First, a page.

Marsha Morton Essays

1- “Max Klinger’s Brahmsphantasie: The Physiological Sublime, Embodiment, and Male Identity,” in Nineteenth-Century Art Worldwide, Vol. 21, No. 1, Spring 2022.

In 1894 German artist Max Klinger completed the Brahmsphantasie, a bound volume comprised of forty-one prints accompanying the musical scores of six compositions by his friend Johannes Brahms. The imagery of the distressed figures and dystopian scenes visualizes Klinger’s embodied response to Brahms’s music and is rooted in studies of the physiological and psychological effect of sound introduced in Edmund Burke’s concepts of the sublime, continued in German music theory, and refined by the physicist Hermann von Helmholtz. These issues are discussed and contextualized in this essay within the gendered critical battles between supporters of Brahms and Richard Wagner (attacked through labels of impotence or virility) and interpreted as a transformed model of modern male identity that subverted rational control and heroic dominance.

2- “Nature, Science, and Self in Nineteenth-Century German Visual Culture,” in “Forum: Visual Studies – The Art Historians’ View,” The German Quarterly, Spring 2019, pp. 246-249.

3- “Rudolf von Eitelberger and Leopold Carl Müller: Constructing a Genre of Viennese Orientalism,” in Rudolf Eielberger von Edelberg, Netzwerke der Kunstwelt, ed Eva Kernbauer, et al, (Wien: Böhlau 2019), pp. 214-229.

This essay traces the relationship and epistolary exchange between Rudolf von Eitelberger, the first art history professor at the University of Vienna and the founder of the Vienna Museum of Applied Arts, and Leopold Carl Müller, the first Orientalist painter in Austria.  Eitelberger’s support for Müller’s career was motivated by many shared artistic beliefs and practices. Müller’s object-based eyewitness descriptions of people and places in Egypt was consistent with the use of scientific materialist procedures and primary source documents for which the Vienna School of Art History became famous. His paintings demonstrate a mastery of academic anatomical form and composition fused with the new naturalist standards of outdoor light and shade for which on-site sketching and photography served as aids. At the same time, Müller’s pictures of working-class Egyptians exemplified Eitelberger’s views related to Volkskunst (folk art) and genre painting as social historical documents rooted in Volksthümlichkeit, while providing a model for the Habsburg Empire of harmonious ethnically diverse Imperial (Ottoman) subjects who were peaceful and relatively passive.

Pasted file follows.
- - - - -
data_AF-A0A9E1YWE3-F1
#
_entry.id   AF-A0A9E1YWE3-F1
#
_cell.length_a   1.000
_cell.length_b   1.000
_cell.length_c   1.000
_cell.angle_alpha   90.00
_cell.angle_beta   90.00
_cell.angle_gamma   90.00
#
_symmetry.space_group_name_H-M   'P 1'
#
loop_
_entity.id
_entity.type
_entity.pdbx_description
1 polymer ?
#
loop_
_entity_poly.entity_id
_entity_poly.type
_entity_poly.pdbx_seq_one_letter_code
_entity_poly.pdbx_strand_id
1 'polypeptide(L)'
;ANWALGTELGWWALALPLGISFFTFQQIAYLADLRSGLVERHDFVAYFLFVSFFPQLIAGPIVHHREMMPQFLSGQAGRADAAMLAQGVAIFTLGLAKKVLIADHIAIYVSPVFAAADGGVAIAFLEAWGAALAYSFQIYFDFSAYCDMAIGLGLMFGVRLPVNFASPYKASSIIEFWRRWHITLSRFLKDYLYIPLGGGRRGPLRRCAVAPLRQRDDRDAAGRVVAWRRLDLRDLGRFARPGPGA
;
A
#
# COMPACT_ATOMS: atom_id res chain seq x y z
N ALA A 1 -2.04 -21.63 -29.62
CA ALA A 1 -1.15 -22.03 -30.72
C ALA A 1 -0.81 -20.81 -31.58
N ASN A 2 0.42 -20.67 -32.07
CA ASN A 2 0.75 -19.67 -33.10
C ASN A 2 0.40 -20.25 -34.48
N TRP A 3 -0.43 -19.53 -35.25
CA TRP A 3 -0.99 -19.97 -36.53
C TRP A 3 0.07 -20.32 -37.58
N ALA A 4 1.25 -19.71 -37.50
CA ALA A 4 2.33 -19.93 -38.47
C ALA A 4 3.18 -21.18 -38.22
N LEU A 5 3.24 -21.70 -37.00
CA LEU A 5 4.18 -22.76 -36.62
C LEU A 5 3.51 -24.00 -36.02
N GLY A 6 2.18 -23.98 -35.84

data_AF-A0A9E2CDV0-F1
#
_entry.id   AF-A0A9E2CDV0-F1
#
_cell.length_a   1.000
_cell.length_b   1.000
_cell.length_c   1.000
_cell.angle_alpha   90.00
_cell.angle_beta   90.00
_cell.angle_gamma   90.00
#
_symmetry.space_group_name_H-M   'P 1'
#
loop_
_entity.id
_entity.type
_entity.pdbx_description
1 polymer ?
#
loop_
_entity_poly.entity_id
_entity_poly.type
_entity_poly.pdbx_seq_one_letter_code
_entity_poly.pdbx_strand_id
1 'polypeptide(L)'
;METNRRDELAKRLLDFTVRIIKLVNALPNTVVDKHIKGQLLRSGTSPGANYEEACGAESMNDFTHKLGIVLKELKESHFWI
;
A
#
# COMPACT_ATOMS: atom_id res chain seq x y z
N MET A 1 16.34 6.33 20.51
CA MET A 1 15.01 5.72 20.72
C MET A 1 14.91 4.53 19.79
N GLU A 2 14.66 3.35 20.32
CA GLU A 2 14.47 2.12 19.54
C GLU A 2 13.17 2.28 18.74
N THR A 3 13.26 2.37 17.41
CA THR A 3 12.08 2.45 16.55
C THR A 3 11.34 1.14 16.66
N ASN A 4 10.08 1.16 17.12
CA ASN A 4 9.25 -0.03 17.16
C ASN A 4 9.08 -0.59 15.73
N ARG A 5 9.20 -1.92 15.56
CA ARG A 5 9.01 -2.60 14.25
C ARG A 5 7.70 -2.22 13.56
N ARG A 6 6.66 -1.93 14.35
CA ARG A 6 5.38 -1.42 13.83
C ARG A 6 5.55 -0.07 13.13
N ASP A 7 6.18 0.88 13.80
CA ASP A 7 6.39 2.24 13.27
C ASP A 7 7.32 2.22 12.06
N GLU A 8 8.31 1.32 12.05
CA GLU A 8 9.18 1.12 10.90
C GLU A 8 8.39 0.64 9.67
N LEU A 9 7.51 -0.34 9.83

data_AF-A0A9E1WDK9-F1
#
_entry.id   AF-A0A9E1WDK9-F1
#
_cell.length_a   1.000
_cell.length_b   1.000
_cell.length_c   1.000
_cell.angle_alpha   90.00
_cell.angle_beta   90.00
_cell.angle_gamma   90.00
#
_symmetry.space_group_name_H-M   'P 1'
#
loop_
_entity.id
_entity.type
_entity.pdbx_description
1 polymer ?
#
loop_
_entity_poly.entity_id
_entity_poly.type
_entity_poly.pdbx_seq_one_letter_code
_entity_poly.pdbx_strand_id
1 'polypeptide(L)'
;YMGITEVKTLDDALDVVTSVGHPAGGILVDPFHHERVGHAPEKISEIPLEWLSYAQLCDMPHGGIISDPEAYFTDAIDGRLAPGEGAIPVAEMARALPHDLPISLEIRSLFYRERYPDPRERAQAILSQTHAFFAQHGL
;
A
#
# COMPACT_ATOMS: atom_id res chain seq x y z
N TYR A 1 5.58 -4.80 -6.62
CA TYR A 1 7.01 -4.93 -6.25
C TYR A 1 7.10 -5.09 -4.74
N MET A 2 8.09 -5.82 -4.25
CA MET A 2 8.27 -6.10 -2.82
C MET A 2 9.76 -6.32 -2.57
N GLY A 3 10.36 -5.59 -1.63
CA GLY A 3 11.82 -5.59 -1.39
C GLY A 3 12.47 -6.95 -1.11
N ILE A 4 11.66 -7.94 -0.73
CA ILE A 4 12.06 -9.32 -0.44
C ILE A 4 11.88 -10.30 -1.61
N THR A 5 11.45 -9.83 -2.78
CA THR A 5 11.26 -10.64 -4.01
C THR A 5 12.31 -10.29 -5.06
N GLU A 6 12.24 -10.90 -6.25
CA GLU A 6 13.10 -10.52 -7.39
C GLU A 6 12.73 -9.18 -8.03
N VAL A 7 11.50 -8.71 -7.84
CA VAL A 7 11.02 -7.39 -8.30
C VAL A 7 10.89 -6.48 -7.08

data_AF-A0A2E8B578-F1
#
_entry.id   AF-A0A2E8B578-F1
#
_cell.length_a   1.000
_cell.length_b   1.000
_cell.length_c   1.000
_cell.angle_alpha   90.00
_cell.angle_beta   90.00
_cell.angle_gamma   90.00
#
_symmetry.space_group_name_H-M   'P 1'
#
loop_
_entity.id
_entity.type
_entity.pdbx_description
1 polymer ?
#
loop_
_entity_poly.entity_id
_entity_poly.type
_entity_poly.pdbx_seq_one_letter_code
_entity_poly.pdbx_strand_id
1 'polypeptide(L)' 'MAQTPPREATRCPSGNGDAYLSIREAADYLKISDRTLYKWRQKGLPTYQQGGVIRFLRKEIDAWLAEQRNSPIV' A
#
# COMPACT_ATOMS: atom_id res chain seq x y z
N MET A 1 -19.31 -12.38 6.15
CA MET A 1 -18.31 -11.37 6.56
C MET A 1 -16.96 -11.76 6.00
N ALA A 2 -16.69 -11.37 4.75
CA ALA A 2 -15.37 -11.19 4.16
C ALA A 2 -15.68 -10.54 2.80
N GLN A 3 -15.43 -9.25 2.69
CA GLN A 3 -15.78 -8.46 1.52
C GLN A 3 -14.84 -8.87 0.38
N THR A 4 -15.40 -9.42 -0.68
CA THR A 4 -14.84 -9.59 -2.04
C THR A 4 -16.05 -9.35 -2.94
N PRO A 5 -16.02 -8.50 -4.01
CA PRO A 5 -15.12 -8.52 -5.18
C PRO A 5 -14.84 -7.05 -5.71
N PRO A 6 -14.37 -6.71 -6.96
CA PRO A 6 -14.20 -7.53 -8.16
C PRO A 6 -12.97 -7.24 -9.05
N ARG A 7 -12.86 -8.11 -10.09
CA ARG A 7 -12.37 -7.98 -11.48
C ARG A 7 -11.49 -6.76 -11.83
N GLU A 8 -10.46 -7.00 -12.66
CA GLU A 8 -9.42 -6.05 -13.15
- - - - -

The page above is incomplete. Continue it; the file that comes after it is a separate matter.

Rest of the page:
4- “Picturing the Perils of Greed: Kladderadatsch and the 1873 Financial Crash,” in the Journal of Illustration, Vol. 4, No. 2, Fall 2017, pp.187-210.

This article examines the coverage of the 1873 stock market crash and its aftermath in the Berlin satirical paper Kladderadatsch, whose illustrations were drawn by Wilhelm Scholz.  Images and texts together reported on government activities, offered critical commentaries on the state of society, and acted as the voice of the country’s liberal conscience. The illustrations critiqued not only prominent political figures but also the general public who were investors in the stock market and readers of Kladderadatsch. Scholz’s caricatures employed a variety of techniques in which figures were depicted realistically or transformed in different historical, literary or mythological settings. These pictorial strategies allowed him to contextualize the flux of contemporary events and patterns of human behavior in a historical continuum. At their most successful, the images stimulated discourses on German identity and moral values and visualized the nature of modernity.

5- “From False Objectivity to New Objectivity: Klinger’s Legacy of Symbolic Realism,” in Symbolist Roots of Modernism, ed. Michelle Facos and Thor Mednick, Ashgate Press, 2015.– “Picturing the Perils of Greed: Kladderadatsch and the 1873 Financial Crash,” in the Journal of Illustration, Vol. 4, No. 2, Fall 2017, pp.187-210.